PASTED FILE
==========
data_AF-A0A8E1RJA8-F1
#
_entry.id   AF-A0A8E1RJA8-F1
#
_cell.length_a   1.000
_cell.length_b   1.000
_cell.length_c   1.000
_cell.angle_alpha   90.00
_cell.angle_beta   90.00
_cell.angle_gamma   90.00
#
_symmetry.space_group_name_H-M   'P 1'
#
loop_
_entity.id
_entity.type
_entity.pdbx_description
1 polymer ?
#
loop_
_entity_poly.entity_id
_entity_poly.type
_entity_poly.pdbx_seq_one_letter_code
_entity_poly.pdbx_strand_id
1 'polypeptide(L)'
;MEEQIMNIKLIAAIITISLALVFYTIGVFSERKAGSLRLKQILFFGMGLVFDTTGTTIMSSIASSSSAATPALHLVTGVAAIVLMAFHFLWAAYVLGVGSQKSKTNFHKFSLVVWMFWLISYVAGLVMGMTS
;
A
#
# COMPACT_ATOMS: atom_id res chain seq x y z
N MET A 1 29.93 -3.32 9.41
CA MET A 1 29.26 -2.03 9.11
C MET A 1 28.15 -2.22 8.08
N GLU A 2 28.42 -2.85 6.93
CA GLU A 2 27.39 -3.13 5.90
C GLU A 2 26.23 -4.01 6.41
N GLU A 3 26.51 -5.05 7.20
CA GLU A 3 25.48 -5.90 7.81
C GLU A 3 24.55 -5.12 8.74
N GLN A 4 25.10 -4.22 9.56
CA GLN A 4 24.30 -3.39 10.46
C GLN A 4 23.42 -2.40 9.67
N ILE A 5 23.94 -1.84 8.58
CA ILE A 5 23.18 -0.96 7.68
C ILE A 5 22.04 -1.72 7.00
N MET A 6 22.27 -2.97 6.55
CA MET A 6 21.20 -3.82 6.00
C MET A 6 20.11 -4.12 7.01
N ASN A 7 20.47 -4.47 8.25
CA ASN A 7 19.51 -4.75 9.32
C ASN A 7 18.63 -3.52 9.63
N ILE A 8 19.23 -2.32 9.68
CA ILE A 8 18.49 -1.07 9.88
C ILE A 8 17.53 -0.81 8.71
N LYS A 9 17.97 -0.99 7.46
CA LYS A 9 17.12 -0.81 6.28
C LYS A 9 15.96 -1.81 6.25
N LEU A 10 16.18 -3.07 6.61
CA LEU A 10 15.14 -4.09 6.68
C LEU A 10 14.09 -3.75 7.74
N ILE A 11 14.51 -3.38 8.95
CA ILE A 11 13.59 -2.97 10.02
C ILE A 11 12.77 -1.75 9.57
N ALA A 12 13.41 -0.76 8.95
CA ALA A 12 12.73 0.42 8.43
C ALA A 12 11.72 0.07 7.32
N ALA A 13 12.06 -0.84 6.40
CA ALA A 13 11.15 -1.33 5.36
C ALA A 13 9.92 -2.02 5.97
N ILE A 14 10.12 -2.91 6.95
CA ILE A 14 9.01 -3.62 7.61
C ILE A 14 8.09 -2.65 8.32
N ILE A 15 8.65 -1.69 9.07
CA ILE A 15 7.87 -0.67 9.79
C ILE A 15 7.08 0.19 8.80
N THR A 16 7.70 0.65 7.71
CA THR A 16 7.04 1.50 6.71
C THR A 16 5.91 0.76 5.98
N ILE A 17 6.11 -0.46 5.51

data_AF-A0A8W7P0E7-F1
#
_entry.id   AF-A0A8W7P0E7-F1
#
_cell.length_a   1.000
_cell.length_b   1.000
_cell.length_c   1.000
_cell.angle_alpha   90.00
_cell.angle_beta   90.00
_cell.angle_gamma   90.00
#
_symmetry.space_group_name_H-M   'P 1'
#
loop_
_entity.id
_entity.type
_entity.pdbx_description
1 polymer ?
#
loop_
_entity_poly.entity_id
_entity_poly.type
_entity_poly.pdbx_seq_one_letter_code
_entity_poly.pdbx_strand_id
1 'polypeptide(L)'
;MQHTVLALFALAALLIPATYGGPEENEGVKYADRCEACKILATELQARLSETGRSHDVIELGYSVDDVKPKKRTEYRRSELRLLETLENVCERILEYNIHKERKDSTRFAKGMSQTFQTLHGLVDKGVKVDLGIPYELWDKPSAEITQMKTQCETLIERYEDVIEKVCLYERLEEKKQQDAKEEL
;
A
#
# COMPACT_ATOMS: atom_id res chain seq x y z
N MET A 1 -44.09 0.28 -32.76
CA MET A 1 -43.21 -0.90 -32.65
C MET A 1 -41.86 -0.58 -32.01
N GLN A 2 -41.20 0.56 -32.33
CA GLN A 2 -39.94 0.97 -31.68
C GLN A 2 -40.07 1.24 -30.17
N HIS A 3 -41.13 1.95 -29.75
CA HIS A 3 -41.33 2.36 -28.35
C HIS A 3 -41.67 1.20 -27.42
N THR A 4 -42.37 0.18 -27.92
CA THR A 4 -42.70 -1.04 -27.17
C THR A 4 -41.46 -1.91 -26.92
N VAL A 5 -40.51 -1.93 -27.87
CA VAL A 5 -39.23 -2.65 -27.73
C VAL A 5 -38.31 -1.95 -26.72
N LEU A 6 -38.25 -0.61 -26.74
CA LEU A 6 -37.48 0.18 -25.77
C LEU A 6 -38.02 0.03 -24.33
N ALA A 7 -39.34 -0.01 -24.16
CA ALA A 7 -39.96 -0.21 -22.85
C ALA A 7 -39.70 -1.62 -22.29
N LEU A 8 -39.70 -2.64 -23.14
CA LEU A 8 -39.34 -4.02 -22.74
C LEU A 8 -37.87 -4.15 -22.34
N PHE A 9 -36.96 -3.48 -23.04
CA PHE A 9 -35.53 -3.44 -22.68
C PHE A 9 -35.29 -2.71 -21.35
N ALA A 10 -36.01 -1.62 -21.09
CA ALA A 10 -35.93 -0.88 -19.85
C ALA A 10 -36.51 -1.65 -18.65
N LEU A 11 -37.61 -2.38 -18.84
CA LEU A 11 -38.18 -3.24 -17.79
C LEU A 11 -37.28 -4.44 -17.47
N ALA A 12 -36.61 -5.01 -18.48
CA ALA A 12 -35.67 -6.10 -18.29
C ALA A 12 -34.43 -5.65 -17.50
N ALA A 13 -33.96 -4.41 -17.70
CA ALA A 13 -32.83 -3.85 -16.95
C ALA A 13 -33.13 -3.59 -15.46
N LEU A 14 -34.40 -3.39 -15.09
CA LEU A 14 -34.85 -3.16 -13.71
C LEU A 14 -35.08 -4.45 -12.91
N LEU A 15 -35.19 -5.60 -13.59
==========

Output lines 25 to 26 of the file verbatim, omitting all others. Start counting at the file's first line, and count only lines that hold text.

1 'polypeptide(L)'
;MEEQIMNIKLIAAIITISLALVFYTIGVFSERKAGSLRLKQILFFGMGLVFDTTGTTIMSSIASSSSAATPALHLVTGVAAIVLMAFHFLWAAYVLGVGSQKSKTNFHKFSLVVWMFWLISYVAGLVMGMTS